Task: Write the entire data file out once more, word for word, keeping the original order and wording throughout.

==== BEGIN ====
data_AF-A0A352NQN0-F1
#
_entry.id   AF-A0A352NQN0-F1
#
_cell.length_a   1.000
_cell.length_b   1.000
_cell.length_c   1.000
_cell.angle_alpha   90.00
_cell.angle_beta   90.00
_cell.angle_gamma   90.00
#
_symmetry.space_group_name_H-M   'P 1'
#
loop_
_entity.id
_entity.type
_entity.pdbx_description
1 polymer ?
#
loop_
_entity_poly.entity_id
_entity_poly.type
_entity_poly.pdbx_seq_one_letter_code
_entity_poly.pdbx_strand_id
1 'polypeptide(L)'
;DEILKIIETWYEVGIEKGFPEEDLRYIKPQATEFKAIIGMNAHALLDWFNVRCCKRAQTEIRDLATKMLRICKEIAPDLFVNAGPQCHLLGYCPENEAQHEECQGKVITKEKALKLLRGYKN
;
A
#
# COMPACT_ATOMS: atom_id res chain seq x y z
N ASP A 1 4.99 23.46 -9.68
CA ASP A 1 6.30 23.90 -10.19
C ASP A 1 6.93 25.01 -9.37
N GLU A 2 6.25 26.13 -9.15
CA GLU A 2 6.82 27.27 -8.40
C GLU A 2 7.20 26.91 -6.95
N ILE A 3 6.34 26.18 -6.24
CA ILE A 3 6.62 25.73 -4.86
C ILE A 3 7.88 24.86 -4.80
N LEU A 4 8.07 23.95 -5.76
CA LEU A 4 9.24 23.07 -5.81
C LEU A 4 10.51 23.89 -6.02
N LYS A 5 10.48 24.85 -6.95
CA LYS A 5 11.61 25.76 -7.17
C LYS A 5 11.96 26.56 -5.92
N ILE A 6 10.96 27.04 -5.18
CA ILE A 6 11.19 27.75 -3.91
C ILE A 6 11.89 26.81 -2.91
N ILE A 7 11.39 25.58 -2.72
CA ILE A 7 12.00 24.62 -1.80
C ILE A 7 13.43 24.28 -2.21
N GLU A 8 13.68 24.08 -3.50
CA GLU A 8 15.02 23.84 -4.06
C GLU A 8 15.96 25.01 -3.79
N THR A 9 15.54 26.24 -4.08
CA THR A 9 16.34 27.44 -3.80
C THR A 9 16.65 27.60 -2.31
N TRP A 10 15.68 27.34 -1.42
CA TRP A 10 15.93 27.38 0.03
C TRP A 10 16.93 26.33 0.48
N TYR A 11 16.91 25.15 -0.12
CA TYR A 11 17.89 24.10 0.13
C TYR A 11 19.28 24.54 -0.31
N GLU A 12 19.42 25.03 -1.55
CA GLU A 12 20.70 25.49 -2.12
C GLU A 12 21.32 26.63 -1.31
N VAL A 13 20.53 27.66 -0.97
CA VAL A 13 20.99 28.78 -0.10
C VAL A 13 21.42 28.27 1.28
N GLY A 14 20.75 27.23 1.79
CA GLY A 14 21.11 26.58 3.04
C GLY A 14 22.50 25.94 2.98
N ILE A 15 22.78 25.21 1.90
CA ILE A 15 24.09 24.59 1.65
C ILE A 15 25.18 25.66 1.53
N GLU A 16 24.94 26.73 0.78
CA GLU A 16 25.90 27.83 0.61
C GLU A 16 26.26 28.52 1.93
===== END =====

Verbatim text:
data_AF-A0A352NQN0-F1
#
_entry.id   AF-A0A352NQN0-F1
#
_cell.length_a   1.000
_cell.length_b   1.000
_cell.length_c   1.000
_cell.angle_alpha   90.00
_cell.angle_beta   90.00
_cell.angle_gamma   90.00
#
_symmetry.space_group_name_H-M   'P 1'
#
loop_
_entity.id
_entity.type
_entity.pdbx_description
1 polymer ?
#
loop_
_entity_poly.entity_id
_entity_poly.type
_entity_poly.pdbx_seq_one_letter_code
_entity_poly.pdbx_strand_id
1 'polypeptide(L)'
;DEILKIIETWYEVGIEKGFPEEDLRYIKPQATEFKAIIGMNAHALLDWFNVRCCKRAQTEIRDLATKMLRICKEIAPDLFVNAGPQCHLLGYCPENEAQHEECQGKVITKEKALKLLRGYKN
;
A
#
# COMPACT_ATOMS: atom_id res chain seq x y z
N ASP A 1 4.99 23.46 -9.68
CA ASP A 1 6.30 23.90 -10.19
C ASP A 1 6.93 25.01 -9.37
N GLU A 2 6.25 26.13 -9.15
CA GLU A 2 6.82 27.27 -8.40
C GLU A 2 7.20 26.91 -6.95
N ILE A 3 6.34 26.18 -6.24
CA ILE A 3 6.62 25.73 -4.86
C ILE A 3 7.88 24.86 -4.80
N LEU A 4 8.07 23.95 -5.76
CA LEU A 4 9.24 23.07 -5.81
C LEU A 4 10.51 23.89 -6.02
N LYS A 5 10.48 24.85 -6.95
CA LYS A 5 11.61 25.76 -7.17
C LYS A 5 11.96 26.56 -5.92
N ILE A 6 10.96 27.04 -5.18
CA ILE A 6 11.19 27.75 -3.91
C ILE A 6 11.89 26.81 -2.91
N ILE A 7 11.39 25.58 -2.72
CA ILE A 7 12.00 24.62 -1.80
C ILE A 7 13.43 24.28 -2.21
N GLU A 8 13.68 24.08 -3.50
CA GLU A 8 15.02 23.84 -4.06
C GLU A 8 15.96 25.01 -3.79
N THR A 9 15.54 26.24 -4.08
CA THR A 9 16.34 27.44 -3.80
C THR A 9 16.65 27.60 -2.31
N TRP A 10 15.68 27.34 -1.42
CA TRP A 10 15.93 27.38 0.03
C TRP A 10 16.93 26.33 0.48
N TYR A 11 16.91 25.15 -0.12
CA TYR A 11 17.89 24.10 0.13
C TYR A 11 19.28 24.54 -0.31
N GLU A 12 19.42 25.03 -1.55
CA GLU A 12 20.70 25.49 -2.12
C GLU A 12 21.32 26.63 -1.31
N VAL A 13 20.53 27.66 -0.97
CA VAL A 13 20.99 28.78 -0.10
C VAL A 13 21.42 28.27 1.28
N GLY A 14 20.75 27.23 1.79
CA GLY A 14 21.11 26.58 3.04
C GLY A 14 22.50 25.94 2.98
N ILE A 15 22.78 25.21 1.90
CA ILE A 15 24.09 24.59 1.65
C ILE A 15 25.18 25.66 1.53
N GLU A 16 24.94 26.73 0.78
CA GLU A 16 25.90 27.83 0.61
C GLU A 16 26.26 28.52 1.93